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Short Synopsis
From acclaimed popular historian Richard Snow comes a fresh and entertaining account of Henry Ford and his invention of the Model T—the ugly, cranky, invincible machine that defined twentieth-century America.

Full Synopsis
Every century or so, our republic has been remade by a new technology: 170 years ago the railroad changed Americans' conception of space and time; in our era, the microprocessor revolutionized how humans communicate. But in the early twentieth century the agent of creative destruction was the gasoline engine, as put to work by an unknown and relentlessly industrious young man named Henry Ford. Born the same year as the battle of Gettysburg, Ford died two years after the atomic bombs fell, and his life personified the tremendous technological changes achieved in that span.

Growing up as a Michigan farm boy with a bone-deep loathing of farming, Ford intuitively saw the advantages of internal combustion. Resourceful and fearless, he built his first gasoline engine out of scavenged industrial scraps. It was the size of a sewing machine. From there, scene by scene, Richard Snow vividly shows Ford using his innate mechanical abilities, hard work, and radical imagination as he transformed American industry.

In many ways, of course, Ford's story is well-known; in many more ways, it is not. Richard Snow masterfully weaves together a fascinating narrative of Ford's rise to fame through his greatest invention, the Model T. When Ford first unveiled this car, it took twelve and a half hours to build one. A little more than a decade later, it took exactly one minute. In making his car so quickly and so cheaply that his own workers could easily afford it, Ford created the cycle of consumerism that we still inhabit. Our country changed in a mere decade, and Ford became a national hero. But then he soured, and the benevolent side of his character went into an ever-deepening eclipse, even as the America he had remade evolved beyond all imagining into a global power capable of producing on a vast scale not only cars, but airplanes, ships, machinery, and an infinity of household devices.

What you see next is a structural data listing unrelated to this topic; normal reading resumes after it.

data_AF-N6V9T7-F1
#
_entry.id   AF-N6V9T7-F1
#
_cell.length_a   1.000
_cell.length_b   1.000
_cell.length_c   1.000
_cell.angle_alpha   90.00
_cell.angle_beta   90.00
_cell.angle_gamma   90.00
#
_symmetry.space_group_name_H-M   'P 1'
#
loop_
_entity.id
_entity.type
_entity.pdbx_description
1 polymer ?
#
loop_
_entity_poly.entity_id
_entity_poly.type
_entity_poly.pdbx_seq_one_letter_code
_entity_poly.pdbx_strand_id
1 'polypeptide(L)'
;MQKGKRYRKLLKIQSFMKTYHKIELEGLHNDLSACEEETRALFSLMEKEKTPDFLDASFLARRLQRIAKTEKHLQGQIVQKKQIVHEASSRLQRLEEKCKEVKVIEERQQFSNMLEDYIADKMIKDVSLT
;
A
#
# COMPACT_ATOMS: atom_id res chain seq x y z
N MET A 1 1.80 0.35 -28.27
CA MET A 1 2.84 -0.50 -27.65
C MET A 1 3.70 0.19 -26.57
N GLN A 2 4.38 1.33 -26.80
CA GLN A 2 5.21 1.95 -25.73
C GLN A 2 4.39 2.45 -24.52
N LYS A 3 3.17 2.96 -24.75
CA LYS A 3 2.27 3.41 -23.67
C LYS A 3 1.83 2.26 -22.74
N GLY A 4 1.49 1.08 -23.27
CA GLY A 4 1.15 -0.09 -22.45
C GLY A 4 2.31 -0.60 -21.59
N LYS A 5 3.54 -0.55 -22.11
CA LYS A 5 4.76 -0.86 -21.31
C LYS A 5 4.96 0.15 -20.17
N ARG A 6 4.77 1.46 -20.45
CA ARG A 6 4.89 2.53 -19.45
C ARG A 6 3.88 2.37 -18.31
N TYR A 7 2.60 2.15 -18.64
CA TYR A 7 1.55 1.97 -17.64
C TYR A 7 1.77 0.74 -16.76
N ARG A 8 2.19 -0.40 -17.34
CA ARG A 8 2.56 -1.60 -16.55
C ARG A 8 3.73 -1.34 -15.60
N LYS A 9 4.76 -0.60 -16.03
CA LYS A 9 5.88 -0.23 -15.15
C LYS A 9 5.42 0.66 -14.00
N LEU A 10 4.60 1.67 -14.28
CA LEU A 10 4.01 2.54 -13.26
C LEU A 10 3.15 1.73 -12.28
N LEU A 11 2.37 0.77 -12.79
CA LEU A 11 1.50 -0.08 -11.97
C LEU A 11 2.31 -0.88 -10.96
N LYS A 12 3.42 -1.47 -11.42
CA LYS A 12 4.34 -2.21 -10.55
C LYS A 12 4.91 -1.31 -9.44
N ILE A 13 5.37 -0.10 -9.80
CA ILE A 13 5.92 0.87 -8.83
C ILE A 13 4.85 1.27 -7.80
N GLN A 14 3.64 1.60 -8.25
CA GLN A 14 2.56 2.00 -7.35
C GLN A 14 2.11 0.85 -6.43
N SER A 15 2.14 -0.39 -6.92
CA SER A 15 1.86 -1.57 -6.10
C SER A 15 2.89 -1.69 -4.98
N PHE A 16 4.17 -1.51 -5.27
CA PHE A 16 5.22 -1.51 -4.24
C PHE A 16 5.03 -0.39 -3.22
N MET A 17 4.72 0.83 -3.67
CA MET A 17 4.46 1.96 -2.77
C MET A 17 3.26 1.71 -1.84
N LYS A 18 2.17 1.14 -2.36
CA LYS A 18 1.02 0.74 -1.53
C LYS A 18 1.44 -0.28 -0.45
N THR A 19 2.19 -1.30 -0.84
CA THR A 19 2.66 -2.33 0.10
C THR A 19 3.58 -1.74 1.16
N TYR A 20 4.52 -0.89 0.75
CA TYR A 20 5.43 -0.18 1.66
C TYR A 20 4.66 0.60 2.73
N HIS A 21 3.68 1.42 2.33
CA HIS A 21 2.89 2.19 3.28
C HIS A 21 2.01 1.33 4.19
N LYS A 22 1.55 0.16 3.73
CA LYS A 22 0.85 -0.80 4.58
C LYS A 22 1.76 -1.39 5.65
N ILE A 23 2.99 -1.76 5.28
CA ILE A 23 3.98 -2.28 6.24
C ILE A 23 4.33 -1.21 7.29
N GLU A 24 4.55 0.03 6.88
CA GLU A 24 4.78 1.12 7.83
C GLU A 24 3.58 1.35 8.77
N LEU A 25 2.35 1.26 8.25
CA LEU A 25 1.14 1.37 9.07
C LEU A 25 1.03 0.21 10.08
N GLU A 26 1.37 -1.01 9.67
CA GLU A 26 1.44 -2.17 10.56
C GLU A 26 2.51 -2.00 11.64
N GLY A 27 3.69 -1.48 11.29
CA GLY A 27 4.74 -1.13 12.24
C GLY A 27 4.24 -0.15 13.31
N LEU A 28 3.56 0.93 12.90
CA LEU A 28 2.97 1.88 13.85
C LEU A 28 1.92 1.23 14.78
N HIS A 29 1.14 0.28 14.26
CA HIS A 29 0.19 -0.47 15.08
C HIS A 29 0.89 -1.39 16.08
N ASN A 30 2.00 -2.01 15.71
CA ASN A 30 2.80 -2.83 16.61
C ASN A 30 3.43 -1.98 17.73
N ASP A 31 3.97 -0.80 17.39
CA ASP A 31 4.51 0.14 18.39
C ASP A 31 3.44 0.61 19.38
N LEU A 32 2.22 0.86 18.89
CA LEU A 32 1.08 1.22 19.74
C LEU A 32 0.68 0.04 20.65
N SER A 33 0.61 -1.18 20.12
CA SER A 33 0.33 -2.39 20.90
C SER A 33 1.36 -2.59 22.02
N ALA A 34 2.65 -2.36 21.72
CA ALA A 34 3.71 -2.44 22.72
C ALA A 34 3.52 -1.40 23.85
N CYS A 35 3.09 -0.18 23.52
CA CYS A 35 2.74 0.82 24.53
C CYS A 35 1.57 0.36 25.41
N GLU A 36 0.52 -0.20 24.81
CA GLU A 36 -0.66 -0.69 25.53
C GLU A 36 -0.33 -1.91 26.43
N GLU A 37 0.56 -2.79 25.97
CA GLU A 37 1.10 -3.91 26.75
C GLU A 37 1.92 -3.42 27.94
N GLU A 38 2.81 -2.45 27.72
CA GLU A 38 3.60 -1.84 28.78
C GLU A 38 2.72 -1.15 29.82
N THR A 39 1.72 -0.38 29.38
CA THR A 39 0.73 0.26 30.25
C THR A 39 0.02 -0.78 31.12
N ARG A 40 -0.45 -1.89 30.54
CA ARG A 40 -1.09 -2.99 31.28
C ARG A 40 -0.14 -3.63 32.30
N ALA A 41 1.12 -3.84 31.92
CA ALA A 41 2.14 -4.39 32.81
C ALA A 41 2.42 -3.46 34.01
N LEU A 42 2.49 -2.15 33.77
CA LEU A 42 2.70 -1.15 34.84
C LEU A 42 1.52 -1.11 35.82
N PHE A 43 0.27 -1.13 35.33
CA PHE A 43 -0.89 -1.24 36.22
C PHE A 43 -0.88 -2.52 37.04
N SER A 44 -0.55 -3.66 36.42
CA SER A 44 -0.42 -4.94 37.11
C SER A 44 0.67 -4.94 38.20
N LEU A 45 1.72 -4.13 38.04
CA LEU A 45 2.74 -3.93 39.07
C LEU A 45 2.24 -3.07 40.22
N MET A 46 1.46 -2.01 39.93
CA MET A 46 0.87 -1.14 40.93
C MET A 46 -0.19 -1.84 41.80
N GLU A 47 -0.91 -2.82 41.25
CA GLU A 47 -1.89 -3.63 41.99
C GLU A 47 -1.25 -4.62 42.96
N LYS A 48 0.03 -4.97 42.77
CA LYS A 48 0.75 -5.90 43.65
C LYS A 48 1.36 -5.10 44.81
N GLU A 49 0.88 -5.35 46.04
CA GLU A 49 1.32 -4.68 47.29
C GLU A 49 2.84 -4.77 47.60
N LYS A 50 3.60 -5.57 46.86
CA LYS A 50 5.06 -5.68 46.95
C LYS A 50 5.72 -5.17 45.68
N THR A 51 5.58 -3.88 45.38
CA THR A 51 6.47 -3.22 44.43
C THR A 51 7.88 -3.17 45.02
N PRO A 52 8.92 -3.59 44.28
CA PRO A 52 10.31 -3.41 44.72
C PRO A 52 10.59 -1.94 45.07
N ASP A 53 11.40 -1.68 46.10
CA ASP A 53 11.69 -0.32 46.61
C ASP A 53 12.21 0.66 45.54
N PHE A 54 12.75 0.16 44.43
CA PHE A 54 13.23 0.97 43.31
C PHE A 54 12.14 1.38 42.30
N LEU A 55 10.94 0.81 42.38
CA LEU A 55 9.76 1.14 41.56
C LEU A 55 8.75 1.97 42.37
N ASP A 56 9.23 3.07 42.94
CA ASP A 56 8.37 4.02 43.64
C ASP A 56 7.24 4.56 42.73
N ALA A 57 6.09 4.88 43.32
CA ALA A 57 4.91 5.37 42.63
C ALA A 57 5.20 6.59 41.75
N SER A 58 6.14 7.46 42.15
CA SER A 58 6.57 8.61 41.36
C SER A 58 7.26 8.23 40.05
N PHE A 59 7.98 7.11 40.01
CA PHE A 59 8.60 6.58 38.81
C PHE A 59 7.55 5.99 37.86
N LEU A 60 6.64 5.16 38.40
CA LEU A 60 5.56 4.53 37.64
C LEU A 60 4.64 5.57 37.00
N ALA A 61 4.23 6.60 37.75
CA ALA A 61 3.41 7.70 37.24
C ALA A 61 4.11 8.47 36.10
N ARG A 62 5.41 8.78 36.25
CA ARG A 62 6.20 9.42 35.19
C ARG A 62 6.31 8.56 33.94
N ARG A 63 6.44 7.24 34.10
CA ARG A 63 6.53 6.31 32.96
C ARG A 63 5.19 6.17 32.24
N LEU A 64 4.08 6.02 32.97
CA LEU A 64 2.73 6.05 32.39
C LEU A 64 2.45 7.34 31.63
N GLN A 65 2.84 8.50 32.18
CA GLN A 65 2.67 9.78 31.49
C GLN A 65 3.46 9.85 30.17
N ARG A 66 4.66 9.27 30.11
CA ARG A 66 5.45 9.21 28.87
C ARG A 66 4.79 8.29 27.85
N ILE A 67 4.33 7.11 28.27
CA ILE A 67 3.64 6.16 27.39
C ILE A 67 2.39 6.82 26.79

A highly pleasurable listen, filled with scenes and incidents from Ford's life, particularly during the intense phase of his secretive competition with other early car manufacturers, I Invented the Modern Age shows Richard Snow at the height of his powers as a popular historian and reclaims from history Henry Ford, the remarkable man who, indeed, invented the modern world as we know it.

"Narrator Sean Runnette gives a solid performance." ---Library Journal Audio Review

"Sean Runnette offers a solid and, at times, spirited narration. He captures the excitement and enthusiasm of Ford's early years as he labored to perfect his first automobile, crafting every part from scratch." ---AudioFile

"Stylistically, Snow mimics the marvelously folksy, protean temperament of his subject, dwelling on Ford's early mechanical inventions rather than his latter problematic prickliness, and everywhere portraying a compelling character." ---Kirkus

"Snow displays excellent storytelling skill as, stiffening by the years, Ford's character develops through anecdotes and events in a lively narrative sequence that will engross [listeners] curious about Ford and the Model T." ---Booklist

"Clear, amusing, stern and poignant." ---Richard Brookhiser, author of James Madison

"I Invented the Modern Age is the amazing story of an amazing man, told with wit, insight, style, and zest." ---Kevin Baker, author of Strivers Row
AudioFile Earphones Award Winner

I Invented the Modern Age

The Rise of Henry Ford and the Most Important Car Ever Made

Author Richard Snow

Narrated by Sean Runnette

Publication date Jun 10, 2013

Running time 12 hrs 18 min

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